weight gain but also high blood sugar levels. Though there are many studies that say it’s not the case and white rice is not as bad as it’s presented to be.
A recent study done on 1,30,000 adults, over 10 years in 21 countries also shows some not so favourable results about white rice.
As per the study’s result, the consumption of white rice is linked with a high risk of
diabetes. And the risk was found to be more common among the South Asian population.
The study was done on a large scale and was an international collaboration between researchers from various countries, including China, Brazil, India, North and South America, Europe and Africa and was led by Bhavadharini Balaji of the Population Health Research Institute, Hamilton Health Sciences and McMaster University, Canada. The study was published in the Diabetes Care journal.
The milling and polishing process of white rice removes nutrients from it like Vitamin B and its high glycemic index leads to a spike in the blood sugar level.
An old study conducted in 2012 found that each extra serving of rice increases the risk of diabetes by 11 per cent.
However, the findings changed depending on the countries they were conducted in. A study conducted on 45,000 participants found no substantial increase in diabetes with the consumption of white rice.
To beat this barrier, the authors of the new study included 21 countries in this study.
The South Asian people were found to be genetically predisposed to diabetes, due to both lifestyle and biological reasons.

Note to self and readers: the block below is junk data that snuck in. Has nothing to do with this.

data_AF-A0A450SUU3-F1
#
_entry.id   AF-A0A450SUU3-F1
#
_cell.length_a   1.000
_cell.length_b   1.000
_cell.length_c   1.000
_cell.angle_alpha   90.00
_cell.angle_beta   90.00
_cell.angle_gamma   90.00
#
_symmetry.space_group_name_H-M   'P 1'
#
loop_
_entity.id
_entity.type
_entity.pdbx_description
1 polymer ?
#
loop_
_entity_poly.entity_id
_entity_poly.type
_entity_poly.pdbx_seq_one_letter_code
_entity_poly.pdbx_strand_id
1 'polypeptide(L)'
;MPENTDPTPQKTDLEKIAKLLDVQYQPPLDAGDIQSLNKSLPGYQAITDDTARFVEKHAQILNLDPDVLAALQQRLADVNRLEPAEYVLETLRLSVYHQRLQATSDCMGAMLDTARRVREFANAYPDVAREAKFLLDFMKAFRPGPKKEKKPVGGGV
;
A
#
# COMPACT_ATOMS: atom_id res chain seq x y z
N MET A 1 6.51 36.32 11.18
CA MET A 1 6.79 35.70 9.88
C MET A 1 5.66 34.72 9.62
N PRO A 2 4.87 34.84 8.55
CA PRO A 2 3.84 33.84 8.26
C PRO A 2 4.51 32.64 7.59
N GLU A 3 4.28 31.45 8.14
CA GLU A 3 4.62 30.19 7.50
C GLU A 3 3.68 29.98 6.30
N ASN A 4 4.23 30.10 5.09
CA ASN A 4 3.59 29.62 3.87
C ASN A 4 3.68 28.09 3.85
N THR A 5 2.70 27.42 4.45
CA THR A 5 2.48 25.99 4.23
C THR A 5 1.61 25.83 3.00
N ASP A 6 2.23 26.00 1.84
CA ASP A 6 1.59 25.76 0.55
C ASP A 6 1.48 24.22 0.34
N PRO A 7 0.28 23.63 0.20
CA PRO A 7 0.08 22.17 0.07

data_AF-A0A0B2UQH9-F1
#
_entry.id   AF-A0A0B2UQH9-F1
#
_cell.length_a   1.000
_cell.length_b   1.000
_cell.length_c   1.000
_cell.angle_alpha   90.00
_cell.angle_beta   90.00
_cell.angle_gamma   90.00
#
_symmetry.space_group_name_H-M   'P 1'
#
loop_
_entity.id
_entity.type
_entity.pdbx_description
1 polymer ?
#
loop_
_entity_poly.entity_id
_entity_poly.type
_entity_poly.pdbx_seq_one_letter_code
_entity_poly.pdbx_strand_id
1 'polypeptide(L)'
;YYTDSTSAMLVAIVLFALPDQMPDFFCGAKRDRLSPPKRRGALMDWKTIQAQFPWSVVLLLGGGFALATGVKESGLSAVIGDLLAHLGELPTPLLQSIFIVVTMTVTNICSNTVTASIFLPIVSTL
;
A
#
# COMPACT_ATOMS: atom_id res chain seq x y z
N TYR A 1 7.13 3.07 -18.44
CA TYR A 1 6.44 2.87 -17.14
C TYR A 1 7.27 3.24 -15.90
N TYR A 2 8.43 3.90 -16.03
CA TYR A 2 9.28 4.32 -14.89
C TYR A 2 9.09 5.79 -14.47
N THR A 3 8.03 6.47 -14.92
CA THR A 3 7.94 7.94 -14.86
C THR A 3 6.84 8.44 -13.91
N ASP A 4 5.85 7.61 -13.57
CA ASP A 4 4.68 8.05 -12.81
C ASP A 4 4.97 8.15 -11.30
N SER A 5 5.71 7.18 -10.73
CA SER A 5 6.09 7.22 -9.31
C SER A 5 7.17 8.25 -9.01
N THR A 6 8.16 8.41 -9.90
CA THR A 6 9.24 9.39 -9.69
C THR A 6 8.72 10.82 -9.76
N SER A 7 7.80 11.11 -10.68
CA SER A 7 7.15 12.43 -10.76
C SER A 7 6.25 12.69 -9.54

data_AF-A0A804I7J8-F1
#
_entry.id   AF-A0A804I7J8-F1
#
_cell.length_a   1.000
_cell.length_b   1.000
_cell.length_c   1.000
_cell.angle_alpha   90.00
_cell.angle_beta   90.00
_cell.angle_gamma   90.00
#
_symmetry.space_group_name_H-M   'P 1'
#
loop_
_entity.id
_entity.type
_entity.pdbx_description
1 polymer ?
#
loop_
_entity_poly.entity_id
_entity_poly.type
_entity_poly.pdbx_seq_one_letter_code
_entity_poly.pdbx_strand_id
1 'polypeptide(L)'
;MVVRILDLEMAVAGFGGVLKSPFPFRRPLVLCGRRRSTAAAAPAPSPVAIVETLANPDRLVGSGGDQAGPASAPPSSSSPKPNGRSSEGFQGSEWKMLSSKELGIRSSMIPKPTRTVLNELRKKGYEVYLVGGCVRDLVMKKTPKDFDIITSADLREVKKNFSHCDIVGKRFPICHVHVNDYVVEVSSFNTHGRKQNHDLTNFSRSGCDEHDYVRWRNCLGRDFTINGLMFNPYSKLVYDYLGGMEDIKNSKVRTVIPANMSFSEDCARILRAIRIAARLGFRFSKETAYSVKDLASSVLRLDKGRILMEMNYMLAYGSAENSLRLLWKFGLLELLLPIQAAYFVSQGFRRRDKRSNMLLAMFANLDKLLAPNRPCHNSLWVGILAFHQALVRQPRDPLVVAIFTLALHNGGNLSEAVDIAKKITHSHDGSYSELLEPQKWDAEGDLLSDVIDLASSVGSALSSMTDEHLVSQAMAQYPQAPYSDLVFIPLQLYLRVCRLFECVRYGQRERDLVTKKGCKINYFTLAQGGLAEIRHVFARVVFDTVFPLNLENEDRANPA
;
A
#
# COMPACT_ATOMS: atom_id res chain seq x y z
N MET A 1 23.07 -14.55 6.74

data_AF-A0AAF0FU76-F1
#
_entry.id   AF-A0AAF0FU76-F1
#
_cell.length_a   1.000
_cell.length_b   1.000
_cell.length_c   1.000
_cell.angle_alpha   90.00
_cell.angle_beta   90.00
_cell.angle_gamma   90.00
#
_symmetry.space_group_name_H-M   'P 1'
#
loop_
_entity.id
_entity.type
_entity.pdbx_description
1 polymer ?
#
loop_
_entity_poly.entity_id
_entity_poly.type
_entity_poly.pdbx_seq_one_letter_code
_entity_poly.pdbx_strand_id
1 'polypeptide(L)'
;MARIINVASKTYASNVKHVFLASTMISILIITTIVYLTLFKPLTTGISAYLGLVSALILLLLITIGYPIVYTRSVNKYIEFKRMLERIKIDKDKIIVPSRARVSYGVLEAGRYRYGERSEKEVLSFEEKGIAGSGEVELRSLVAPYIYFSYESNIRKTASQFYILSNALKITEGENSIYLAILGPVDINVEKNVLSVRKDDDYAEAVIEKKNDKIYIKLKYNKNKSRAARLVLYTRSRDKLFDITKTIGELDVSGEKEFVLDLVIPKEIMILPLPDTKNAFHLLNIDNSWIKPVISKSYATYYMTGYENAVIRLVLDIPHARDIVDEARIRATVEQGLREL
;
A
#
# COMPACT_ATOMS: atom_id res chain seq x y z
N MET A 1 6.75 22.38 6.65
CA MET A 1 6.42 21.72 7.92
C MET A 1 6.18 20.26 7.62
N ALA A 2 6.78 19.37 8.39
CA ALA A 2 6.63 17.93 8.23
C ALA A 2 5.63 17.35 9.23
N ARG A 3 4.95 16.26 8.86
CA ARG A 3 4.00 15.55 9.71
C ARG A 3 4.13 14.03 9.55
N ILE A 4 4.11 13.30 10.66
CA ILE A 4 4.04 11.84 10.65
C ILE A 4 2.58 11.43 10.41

To understand this data, the findings from India, Bangladesh and Pakistan were compared.
The participants in the study were aged between 35-70. Out of the 1,32,372 people, 6,129 people developed diabetes over the course of nine and a half years. The average consumption of rice was 128 mg.
However, the highest consumption of white rice was seen in South Asia at 630 grams a day, followed by South East Asia and China with 238 grams and 200 grams per day respectively.
The higher consumption of rice was linked with lower consumption of other foods like fibre, dairy products and meat.
It was also found that carbohydrates make up for nearly 80 per cent of calories consumed in many South Asian countries.
But over time carbs have become increasingly polished and refined, the process which makes them lose nutrition.
But it’s not necessary that everyone who eats white rice is prone to get diabetes. It does not just depend on the consumption but also on the quality of rice and what it is consumed with makes a difference.
China and India are the world’s two largest countries where white rice is the staple food. But the researchers have found there is no significant association between white rice consumption and diabetes in China.
This might be because of their other lifestyle factors. The sticky rice that Chinese eat could also be the reason for this difference, said researchers.
What can one do?
Studies have shown that replacing white rice with unpolished brown rice decreases the glycemic index by 23 per cent and fasting insulin response by 57 per cent overweight Asian Indians.
People who consume white rice as a staple, the risk of increased diabetes can be lowered by substituting white rice with a healthier option and also pairing it up with legumes, pulses and green vegetables.